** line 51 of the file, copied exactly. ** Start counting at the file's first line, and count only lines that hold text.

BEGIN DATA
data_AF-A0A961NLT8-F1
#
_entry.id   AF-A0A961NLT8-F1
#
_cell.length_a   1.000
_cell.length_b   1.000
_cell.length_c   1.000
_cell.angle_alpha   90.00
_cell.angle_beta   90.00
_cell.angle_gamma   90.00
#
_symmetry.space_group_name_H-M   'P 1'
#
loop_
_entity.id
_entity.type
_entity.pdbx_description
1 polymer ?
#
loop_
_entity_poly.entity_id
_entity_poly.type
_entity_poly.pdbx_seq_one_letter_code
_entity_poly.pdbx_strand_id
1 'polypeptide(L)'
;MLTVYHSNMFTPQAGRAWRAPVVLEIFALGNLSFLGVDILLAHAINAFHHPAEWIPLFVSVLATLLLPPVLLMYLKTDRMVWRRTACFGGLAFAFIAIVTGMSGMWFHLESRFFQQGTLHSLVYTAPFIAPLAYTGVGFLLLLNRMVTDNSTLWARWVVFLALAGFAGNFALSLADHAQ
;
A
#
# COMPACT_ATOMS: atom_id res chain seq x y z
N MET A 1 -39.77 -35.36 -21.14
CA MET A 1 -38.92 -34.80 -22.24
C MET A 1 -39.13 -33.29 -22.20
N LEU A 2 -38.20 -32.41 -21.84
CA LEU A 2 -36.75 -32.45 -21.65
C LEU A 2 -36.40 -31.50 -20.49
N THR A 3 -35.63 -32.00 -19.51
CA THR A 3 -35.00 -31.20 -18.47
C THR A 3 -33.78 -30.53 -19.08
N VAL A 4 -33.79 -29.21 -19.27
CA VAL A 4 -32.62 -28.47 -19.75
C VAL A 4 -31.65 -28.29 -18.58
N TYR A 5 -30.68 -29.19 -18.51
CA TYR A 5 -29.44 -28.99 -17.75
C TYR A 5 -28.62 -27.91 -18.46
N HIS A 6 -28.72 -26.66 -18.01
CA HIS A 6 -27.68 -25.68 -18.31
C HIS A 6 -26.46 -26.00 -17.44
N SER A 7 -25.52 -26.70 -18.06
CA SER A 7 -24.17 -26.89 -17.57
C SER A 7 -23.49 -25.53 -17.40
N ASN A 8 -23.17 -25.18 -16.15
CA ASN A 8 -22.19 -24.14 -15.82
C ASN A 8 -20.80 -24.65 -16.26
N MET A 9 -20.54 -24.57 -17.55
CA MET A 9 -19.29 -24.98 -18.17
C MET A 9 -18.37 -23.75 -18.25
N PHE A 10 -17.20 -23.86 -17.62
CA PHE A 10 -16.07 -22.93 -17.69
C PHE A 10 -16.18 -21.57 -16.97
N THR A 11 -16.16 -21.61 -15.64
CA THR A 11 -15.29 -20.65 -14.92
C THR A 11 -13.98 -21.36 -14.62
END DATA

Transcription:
C SER A 7 -23.49 -25.53 -17.40